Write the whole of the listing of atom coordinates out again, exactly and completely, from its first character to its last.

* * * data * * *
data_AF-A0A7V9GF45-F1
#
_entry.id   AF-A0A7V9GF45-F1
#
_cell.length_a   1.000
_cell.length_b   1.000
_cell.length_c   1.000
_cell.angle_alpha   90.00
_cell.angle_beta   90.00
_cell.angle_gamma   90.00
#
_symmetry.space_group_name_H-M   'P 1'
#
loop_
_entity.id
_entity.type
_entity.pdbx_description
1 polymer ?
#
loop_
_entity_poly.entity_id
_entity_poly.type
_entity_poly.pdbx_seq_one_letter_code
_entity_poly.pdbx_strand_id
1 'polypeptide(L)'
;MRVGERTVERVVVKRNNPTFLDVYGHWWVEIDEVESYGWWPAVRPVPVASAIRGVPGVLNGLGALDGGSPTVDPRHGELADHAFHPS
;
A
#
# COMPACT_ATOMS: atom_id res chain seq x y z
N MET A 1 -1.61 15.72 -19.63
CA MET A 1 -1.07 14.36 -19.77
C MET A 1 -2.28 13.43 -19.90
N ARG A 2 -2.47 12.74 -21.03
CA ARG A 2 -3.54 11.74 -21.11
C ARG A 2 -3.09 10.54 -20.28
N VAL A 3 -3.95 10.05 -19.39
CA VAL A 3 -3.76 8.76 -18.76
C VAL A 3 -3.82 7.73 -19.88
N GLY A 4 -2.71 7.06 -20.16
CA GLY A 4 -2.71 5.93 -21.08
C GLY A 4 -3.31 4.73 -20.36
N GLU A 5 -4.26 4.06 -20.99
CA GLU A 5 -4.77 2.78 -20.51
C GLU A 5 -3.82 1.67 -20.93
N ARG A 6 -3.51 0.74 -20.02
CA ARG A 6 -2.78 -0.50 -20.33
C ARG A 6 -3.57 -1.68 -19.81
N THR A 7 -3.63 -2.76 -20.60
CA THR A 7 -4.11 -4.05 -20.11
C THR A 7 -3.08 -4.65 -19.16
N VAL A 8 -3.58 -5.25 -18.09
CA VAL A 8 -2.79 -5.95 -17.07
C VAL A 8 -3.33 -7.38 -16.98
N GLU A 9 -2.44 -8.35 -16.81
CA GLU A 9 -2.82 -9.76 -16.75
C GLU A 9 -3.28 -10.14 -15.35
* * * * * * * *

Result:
data_AF-A0A7V9GF45-F1
#
_entry.id   AF-A0A7V9GF45-F1
#
_cell.length_a   1.000
_cell.length_b   1.000
_cell.length_c   1.000
_cell.angle_alpha   90.00
_cell.angle_beta   90.00
_cell.angle_gamma   90.00
#
_symmetry.space_group_name_H-M   'P 1'
#
loop_
_entity.id
_entity.type
_entity.pdbx_description
1 polymer ?
#
loop_
_entity_poly.entity_id
_entity_poly.type
_entity_poly.pdbx_seq_one_letter_code
_entity_poly.pdbx_strand_id
1 'polypeptide(L)'
;MRVGERTVERVVVKRNNPTFLDVYGHWWVEIDEVESYGWWPAVRPVPVASAIRGVPGVLNGLGALDGGSPTVDPRHGELADHAFHPS
;
A
#
# COMPACT_ATOMS: atom_id res chain seq x y z
N MET A 1 -1.61 15.72 -19.63
CA MET A 1 -1.07 14.36 -19.77
C MET A 1 -2.28 13.43 -19.90
N ARG A 2 -2.47 12.74 -21.03
CA ARG A 2 -3.54 11.74 -21.11
C ARG A 2 -3.09 10.54 -20.28
N VAL A 3 -3.95 10.05 -19.39
CA VAL A 3 -3.76 8.76 -18.76
C VAL A 3 -3.82 7.73 -19.88
N GLY A 4 -2.71 7.06 -20.16
CA GLY A 4 -2.71 5.93 -21.08
C GLY A 4 -3.31 4.73 -20.36
N GLU A 5 -4.26 4.06 -20.99
CA GLU A 5 -4.77 2.78 -20.51
C GLU A 5 -3.82 1.67 -20.93
N ARG A 6 -3.51 0.74 -20.02
CA ARG A 6 -2.78 -0.50 -20.33
C ARG A 6 -3.57 -1.68 -19.81
N THR A 7 -3.63 -2.76 -20.60
CA THR A 7 -4.11 -4.05 -20.11
C THR A 7 -3.08 -4.65 -19.16
N VAL A 8 -3.58 -5.25 -18.09
CA VAL A 8 -2.79 -5.95 -17.07
C VAL A 8 -3.33 -7.38 -16.98
N GLU A 9 -2.44 -8.35 -16.81
CA GLU A 9 -2.82 -9.76 -16.75
C GLU A 9 -3.28 -10.14 -15.35